Olympics should promote peace

WE ARE all being urged to celebrate the coming of the Olympic flame to Eastbourne.

What, actually, will we be celebrating, however? In ancient Greece, the Olympic Games promoted peace and provided a chance for leaders to meet in a non-hostile environment.

When they were reinstated, it was intended they should, again, promote peaceful coexistence and should be strictly for amateurs. It’s often been noted that amateurism has gone out of the window, but there’s more to it than that.

The modern games induce governments to spend huge amounts of taxpayer’s money, on trying to outdo each other and starve state services as a result.

In the case of London, we have also seen human rights trampled on, as people are forcibly relocated, communities are torn apart and a large block of east London is turned into something resembling a war zone.

A 5,000 volt electric fence surrounds the area, which will be occupied by tens of thousands of police, soldiers, guards and FBI agents and ground-to-air missiles sit on top of residential tower-blocks.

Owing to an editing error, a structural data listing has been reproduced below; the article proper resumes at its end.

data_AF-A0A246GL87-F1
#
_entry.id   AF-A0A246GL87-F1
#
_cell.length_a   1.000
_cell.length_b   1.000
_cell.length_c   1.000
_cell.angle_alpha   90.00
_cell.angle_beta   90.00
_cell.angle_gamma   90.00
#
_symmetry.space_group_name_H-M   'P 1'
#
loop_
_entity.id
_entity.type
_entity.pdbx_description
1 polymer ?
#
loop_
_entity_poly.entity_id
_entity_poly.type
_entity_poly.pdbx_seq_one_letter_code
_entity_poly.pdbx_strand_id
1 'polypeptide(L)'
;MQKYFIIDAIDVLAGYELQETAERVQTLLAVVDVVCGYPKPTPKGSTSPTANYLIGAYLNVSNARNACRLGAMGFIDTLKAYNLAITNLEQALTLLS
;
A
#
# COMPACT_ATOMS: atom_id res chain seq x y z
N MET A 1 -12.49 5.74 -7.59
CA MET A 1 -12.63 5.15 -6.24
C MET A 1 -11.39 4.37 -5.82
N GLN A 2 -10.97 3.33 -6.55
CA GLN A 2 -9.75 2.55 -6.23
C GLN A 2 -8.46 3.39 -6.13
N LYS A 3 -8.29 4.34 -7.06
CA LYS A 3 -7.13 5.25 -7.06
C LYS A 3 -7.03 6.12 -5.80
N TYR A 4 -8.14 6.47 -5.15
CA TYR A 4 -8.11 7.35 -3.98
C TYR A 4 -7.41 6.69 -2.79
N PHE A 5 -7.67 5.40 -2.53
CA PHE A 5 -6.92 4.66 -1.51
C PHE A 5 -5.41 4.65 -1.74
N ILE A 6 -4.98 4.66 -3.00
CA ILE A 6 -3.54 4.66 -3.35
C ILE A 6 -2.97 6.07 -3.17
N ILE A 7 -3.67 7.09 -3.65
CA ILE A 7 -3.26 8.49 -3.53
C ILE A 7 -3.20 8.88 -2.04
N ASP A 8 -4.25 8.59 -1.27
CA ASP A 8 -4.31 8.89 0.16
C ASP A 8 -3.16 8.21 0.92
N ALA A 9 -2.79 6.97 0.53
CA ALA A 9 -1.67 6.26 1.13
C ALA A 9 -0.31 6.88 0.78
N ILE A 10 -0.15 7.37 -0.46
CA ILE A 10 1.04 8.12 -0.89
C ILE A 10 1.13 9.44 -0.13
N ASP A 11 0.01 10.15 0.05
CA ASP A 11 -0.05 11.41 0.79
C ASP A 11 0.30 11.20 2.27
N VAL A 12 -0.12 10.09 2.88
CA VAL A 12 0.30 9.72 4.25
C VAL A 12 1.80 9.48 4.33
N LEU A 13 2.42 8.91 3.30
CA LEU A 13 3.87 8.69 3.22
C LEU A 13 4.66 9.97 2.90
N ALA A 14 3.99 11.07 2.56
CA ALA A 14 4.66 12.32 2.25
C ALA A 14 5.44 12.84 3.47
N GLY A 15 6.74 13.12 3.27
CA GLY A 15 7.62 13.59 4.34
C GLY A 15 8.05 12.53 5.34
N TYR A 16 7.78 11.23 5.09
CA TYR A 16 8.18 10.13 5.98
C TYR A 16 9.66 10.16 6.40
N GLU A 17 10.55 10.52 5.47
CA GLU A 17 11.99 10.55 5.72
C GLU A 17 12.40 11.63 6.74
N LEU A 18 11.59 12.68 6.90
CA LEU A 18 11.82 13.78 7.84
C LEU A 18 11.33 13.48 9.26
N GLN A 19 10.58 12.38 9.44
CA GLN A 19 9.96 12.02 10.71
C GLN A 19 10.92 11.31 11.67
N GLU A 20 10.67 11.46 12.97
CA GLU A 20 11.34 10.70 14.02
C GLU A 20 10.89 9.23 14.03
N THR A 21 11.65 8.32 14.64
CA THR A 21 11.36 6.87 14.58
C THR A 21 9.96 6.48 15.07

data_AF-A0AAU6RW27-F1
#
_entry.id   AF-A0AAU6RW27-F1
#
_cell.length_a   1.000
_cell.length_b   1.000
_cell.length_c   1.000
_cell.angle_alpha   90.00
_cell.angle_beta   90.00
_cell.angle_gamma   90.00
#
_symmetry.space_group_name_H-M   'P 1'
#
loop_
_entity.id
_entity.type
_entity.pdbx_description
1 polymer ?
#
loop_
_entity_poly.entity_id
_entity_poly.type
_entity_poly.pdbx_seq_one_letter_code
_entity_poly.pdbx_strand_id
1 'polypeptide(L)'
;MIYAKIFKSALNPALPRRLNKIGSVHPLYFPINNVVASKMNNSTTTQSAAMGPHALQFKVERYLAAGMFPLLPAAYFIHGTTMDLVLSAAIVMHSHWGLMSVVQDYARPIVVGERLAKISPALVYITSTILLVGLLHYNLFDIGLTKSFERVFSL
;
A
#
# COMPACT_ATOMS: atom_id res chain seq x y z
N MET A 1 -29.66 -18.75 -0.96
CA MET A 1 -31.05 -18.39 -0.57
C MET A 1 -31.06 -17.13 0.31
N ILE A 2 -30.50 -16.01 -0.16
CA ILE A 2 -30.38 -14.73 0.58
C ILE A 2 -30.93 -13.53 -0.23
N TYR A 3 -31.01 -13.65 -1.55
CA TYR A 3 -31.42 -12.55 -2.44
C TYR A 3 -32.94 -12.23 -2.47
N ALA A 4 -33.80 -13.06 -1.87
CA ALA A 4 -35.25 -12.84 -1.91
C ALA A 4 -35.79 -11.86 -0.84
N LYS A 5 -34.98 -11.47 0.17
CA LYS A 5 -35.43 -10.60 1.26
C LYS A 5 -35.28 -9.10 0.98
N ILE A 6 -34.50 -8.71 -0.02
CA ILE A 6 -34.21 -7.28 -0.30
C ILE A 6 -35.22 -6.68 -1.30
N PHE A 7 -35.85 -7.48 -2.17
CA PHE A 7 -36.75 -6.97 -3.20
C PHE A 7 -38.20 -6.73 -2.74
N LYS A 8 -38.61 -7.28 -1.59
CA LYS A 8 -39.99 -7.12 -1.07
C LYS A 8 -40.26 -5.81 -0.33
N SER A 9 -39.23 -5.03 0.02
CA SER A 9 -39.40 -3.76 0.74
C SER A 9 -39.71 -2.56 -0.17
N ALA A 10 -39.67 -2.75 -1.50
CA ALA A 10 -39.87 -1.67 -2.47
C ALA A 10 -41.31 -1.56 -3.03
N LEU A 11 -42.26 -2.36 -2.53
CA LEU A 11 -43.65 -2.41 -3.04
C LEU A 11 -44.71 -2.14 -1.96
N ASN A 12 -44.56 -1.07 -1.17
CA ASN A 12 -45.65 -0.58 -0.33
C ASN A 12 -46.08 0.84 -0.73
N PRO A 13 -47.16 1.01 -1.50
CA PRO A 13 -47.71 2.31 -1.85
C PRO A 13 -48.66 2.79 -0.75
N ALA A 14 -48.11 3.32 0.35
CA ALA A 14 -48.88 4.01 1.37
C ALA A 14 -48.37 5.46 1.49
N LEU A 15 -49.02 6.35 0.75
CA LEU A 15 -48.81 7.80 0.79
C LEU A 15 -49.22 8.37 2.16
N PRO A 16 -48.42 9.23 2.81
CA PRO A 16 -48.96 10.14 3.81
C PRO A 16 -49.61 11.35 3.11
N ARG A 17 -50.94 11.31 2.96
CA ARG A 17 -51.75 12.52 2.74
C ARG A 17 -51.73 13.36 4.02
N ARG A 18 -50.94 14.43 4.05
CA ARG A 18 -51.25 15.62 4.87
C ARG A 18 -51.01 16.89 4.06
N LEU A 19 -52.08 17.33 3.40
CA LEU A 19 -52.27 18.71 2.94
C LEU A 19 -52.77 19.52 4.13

The missile batteries may not make those tower-blocks targets, but who would feel comfortable with high explosives stacked up over their home? Why not use the even higher banking buildings?

They, at least, belong to organisations profiting from the games. Apparently, it doesn’t matter if a hijacked aircraft is brought down over a residential area.

As for promoting fitness and health; people will be banned from bringing their own food and drink in and be obliged to buy from sponsors McDonalds and Coca-cola, those well-known purveyors of health foods.

Those two are going to make a killing anyway, but, not content with that, they and other sponsors will enjoy corporate tax exemptions, while taxpayer’s money is used to provide them with this over-sized corporate trough.

As for stimulating the local economy, Newham, the borough hosting the games actually saw household income fall, relative to the rest of London, between 2006 and 2011 and unemployment went up by 44 per cent.

Perhaps the “social cleansing” had something to do with that?

The motto of the Olympics is citius, altius, fortius : faster, higher, stronger. Well, the social cleansing has certainly been fast, high-handed and has used strong-arm tactics!

It’s time to blow the whistle on the profiteers who have corrupted what was a laudable ideal. Why not give the games a permanent home in their original home of Greece, with all participating nations contributing to the cost?

That would stop the prestige competition and most of the profiteering too. It would also help the Greek economy, whose fragility is causing so much anxiety.

DAVID J ELLIS

Hawks Road, Hailsham